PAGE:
University directors and trustees reminded of fiduciary duties to creditors

Out-Law Analysis | 29 Apr 2016 | 3:55 pm | 2 min. read

FOCUS: A recent High Court case should be a reminder to university boards and trustees of the duties they owe to creditors should the institution find itself in financial difficulties.

As well as being a recent, rare example of a wrongful trading case making it to court, the Re Ralls Builders case is also significant as it sets out guidance for directors and trustees on what they should be doing when, for example, a company or institution is in financial difficulty.

Directors of educational institutions, or trustees if the institution is a charity, owe fiduciary duties both to the institution and its creditors. These duties become particularly important where the institution is in financial difficulty and in the so-called 'twilight zone' where potential insolvency becomes a real possibility, as directors who act in breach of their fiduciary duties to creditors run the risk of being held personally liable for the offence of wrongful trading.

In Re Ralls Builders, the High Court held the directors of a construction company liable for wrongful trading under section 214 of the 1986 Insolvency Act. This was because they continued to trade, and incurred further debts, after the date when they should have known that the company could not avoid insolvent liquidation and there was no reasonable prospect of securing significant outside investment.

However, the judge also found that the directors were not personally liable to make financial contributions to account for the new trading losses of the company incurred during the 'twilight zone', making the judgment in some respects helpful for directors and trustees. In addition, the judge gave a detailed overview of what would and would not be relevant to a defence to wrongful trading.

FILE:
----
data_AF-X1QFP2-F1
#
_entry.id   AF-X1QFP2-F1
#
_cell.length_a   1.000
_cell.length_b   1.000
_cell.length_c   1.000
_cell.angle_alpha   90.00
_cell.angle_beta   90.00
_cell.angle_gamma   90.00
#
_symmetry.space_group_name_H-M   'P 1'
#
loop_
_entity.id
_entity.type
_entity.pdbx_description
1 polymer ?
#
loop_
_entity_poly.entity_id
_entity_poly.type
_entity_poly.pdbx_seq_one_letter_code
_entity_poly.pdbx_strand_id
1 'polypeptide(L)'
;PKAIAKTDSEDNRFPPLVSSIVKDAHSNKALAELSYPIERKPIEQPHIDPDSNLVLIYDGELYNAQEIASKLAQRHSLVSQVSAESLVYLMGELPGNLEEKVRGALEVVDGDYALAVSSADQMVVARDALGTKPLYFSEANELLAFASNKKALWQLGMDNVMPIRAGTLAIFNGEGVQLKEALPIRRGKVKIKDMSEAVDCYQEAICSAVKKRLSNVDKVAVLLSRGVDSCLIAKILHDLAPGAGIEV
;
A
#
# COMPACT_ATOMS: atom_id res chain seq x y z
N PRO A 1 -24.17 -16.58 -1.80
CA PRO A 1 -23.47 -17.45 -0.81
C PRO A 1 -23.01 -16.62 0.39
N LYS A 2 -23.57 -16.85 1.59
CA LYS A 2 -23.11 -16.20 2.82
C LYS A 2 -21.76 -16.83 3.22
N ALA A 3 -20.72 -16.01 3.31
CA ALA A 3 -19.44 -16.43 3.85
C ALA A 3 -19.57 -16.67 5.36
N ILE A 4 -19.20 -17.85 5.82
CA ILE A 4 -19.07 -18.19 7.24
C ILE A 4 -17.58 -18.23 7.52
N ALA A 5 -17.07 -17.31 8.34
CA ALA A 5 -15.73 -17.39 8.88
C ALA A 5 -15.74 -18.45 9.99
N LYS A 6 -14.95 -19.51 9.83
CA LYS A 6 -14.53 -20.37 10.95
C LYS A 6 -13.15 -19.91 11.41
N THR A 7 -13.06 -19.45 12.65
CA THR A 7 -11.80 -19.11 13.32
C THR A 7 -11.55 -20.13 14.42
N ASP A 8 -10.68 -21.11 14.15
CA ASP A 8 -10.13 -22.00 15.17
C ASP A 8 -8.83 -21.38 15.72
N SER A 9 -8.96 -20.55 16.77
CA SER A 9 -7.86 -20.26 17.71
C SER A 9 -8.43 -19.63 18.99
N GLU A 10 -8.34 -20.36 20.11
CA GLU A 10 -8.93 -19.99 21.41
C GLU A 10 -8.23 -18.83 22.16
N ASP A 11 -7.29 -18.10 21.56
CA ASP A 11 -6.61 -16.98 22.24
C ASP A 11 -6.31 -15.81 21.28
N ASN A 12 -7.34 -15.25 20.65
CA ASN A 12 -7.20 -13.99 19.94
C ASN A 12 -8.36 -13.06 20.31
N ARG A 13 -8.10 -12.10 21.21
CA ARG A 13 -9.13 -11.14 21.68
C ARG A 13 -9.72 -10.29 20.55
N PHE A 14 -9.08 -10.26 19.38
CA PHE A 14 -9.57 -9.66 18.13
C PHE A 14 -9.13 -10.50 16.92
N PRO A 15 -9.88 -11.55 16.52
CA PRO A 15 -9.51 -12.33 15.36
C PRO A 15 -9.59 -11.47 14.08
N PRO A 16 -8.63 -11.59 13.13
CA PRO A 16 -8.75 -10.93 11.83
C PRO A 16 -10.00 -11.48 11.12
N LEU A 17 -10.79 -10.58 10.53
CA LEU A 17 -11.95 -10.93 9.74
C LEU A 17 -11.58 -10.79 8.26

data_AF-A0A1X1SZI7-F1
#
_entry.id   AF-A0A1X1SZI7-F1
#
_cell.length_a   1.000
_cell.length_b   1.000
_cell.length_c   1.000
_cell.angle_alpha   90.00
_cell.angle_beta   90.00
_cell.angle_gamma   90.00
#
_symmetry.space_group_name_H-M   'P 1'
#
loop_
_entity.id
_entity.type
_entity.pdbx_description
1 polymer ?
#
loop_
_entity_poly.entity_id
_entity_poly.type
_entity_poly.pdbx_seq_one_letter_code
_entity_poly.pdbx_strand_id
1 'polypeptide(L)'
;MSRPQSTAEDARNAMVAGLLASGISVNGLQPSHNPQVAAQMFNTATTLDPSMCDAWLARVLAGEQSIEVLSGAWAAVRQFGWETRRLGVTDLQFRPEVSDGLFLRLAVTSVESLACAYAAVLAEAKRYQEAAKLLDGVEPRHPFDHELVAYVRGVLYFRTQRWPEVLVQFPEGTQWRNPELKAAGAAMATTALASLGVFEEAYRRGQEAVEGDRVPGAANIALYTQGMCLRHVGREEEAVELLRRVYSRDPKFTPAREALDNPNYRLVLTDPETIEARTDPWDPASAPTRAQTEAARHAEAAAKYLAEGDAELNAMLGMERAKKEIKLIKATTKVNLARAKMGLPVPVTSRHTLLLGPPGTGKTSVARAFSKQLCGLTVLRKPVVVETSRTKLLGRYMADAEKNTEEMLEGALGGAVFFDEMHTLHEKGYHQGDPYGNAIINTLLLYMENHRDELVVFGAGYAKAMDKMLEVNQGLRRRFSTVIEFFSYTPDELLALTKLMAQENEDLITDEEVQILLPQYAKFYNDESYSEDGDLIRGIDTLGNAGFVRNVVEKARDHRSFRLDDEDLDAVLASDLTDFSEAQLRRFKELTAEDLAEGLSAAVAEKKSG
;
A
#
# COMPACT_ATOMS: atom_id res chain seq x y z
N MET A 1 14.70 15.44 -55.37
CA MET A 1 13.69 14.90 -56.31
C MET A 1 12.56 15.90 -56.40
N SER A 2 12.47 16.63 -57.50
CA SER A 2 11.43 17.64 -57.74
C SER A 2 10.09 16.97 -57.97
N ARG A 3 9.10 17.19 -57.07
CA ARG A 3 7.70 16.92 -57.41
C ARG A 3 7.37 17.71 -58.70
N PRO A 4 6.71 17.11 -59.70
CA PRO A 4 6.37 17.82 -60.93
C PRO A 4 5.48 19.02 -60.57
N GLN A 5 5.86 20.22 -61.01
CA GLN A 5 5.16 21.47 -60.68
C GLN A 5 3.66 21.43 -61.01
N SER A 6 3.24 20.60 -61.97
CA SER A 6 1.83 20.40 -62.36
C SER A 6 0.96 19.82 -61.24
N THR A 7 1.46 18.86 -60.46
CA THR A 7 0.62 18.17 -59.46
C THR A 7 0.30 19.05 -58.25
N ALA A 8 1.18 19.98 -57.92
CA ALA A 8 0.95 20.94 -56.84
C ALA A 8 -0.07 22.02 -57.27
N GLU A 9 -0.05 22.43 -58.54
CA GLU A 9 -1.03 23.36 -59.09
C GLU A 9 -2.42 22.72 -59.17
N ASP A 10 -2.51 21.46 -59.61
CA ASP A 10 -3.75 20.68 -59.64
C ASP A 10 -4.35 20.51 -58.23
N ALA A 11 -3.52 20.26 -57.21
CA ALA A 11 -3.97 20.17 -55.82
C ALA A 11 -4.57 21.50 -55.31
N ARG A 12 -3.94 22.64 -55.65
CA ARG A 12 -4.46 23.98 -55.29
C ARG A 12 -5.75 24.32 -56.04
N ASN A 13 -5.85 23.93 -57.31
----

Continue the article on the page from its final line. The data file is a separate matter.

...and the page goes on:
What should directors be doing?

Under UK law, there are two grounds on which a party can be considered insolvent:

  • cash flow insolvency, meaning it is unable to pay its debts as they fall due;
  • balance sheet insolvency, meaning it is unable to pay its debts on the basis that its assets are less than its liabilities, including contingent and prospective liabilities.

When an institution becomes insolvent - or, potentially, is merely of doubtful solvency - the primary focus of its directors' and trustees' duties shift from the shareholders to the creditors. To minimise the risk of liability for wrongful trading and vulnerable transactions, directors should take steps to avoid losses to creditors from an early stage.

Practically, for an institution in financial difficulty, this will mean:

  • carefully and frequently evaluating the financial position of the institution;
  • holding regular board meetings and taking detailed minutes;
  • taking documented professional advice and acting upon it;
  • complying with Higher Education Funding Council for England (HEFCE) reporting requirements;
  • being wary of entering into significant transactions, obtaining independent valuations where necessary.

The 2006 Companies Act sets out the broad duties of directors. Significantly for institutions, there is no distinction between the duties of executive and non-executive directors.

What defences are available?

Directors can defend themselves against claims of wrongful trading by showing that they took every step that they ought to have taken with a view to minimising the potential loss to the creditors; and that they took informed advice on their position and acted accordingly.

The decision in the Re Ralls Builders case gave detailed consideration and analysis of the circumstances in which directors can be liable for wrongful trading, and considered in detail the extent of that liability in monetary terms. It will be a useful decision for those assessing their potential exposure if they continue to trade in stretched financial circumstances.

Amy Flavell is an insolvency law expert at Pinsent Masons, the law firm behind